Several folks have reported having no luck with "fdisk /mbr" - which, in my long experience with it (I discovered it by reading the strings in "command.com" in DOS5.0 well before someone documented it as an "undocumented feature") both succeeds and fails silently. I believe that in the case of Windows-based installs, this is due to the fact that Windows disallows "raw writes" to the disk: a useful thing to prevent a certain percentage of viruses, but a hindrance when you need to fix something. "lock c:", above, "locks" the drive to allow them, and should make "fdisk/mbr" effective.
If you have further questions, or need a really radical (but guaranteed to work) solution, please see my article "Clearing out the Master Boot Record" in the mid February 2001 edition of LG: http://linuxgazette.net/issue63/okopnik.html
[Randy Filkin] Thanks for your time and attention.
Dear Answer gang
Mandrake is the only system that I know of that uses a Linux extended partition that nothing else can read. could this be part of the problem.
[Ben] Just to correct wrong information: 'ext2' is the standard filesystem for Linux, whether Mandrake or otherwise. Saying that "nothing else can read [it]" shows, at the very least, lack of familiarity with the issue (a number of other OSs, including Solaris and MSWindows, are capable of reading 'ext2'-formatted partitions - though software may be required.)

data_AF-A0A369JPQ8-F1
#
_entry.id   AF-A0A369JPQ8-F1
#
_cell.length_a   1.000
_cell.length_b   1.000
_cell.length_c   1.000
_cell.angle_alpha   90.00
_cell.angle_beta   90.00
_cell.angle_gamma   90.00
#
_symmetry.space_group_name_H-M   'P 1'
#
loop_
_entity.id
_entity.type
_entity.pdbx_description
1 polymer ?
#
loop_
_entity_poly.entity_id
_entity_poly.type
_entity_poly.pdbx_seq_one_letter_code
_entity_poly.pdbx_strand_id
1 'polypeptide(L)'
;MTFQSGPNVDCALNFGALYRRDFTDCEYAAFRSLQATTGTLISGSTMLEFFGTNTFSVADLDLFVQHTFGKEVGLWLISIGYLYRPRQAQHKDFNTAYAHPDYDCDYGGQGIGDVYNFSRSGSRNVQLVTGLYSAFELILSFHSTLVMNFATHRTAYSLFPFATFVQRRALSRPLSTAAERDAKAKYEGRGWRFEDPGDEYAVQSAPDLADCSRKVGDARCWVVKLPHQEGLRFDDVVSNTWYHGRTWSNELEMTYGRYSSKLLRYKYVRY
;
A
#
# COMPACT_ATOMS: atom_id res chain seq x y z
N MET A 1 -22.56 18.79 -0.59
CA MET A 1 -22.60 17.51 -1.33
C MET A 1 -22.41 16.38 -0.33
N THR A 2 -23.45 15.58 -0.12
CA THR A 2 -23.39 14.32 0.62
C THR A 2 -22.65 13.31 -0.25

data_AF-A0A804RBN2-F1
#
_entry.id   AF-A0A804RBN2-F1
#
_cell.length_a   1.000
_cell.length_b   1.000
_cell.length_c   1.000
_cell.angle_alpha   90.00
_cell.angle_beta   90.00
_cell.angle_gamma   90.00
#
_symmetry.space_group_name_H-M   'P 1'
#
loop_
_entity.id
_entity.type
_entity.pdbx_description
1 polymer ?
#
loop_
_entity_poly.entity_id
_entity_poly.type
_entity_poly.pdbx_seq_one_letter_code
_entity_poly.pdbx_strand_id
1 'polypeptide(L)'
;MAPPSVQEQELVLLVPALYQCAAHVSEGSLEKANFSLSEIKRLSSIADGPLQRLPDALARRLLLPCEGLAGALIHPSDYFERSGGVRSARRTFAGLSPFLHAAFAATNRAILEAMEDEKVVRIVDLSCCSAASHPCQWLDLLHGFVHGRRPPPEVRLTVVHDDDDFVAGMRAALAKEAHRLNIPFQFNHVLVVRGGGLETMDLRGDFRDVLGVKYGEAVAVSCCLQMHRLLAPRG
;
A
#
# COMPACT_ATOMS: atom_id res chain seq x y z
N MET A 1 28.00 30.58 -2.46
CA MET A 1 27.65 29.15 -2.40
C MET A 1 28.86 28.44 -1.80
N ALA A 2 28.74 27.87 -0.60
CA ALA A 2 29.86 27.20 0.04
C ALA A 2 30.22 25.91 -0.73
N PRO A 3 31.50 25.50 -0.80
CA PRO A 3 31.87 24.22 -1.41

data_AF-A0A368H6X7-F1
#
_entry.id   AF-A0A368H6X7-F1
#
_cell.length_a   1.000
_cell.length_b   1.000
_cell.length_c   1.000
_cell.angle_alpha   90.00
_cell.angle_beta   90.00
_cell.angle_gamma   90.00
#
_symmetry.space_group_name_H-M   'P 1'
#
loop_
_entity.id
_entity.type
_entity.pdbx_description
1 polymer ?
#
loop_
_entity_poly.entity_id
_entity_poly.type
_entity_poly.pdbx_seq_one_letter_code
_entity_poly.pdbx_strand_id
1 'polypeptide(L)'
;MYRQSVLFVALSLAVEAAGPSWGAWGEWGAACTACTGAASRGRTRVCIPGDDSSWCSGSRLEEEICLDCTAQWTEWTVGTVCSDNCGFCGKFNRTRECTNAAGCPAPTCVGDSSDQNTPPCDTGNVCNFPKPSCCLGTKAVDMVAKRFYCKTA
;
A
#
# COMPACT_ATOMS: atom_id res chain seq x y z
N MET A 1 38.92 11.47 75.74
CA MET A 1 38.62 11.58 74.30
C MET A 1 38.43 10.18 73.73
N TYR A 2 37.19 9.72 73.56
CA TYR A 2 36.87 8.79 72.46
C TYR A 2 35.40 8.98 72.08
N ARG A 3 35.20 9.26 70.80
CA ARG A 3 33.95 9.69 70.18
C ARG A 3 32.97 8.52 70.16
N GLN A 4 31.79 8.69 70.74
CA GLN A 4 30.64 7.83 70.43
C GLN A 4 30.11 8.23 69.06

[Les Barron] I formatted my hard drive before I found this out. Personally I find SuSE the easiest to set up & the most stable of the 6 or 7 distros that I have tried.
...flame bait and apologies for same, ellided. discoveries, though...
[Les Barron] I am very sorry about my previous statement. However what I actually meant is that Mandrake marks the extended partition type 85.
I have made a mistake when I stated windows that I lost windows. I had windows98 on a primary partition and Windows 2000 on the first logical drive Windows2000 was no longer bootable after installing Mandrake. whereas redhat suse and others mark the extended partition as a win or dos type.
I do not mean to knock any linux distribution I have enjoyed using all of them.
I do very much enjoy the Linux Gazette and downloaded all of the back issues this evening.
[Heather] Glad you're enjoying the Gazette, Les; it makes all my hard work worth more to me knowing folks find it helpful.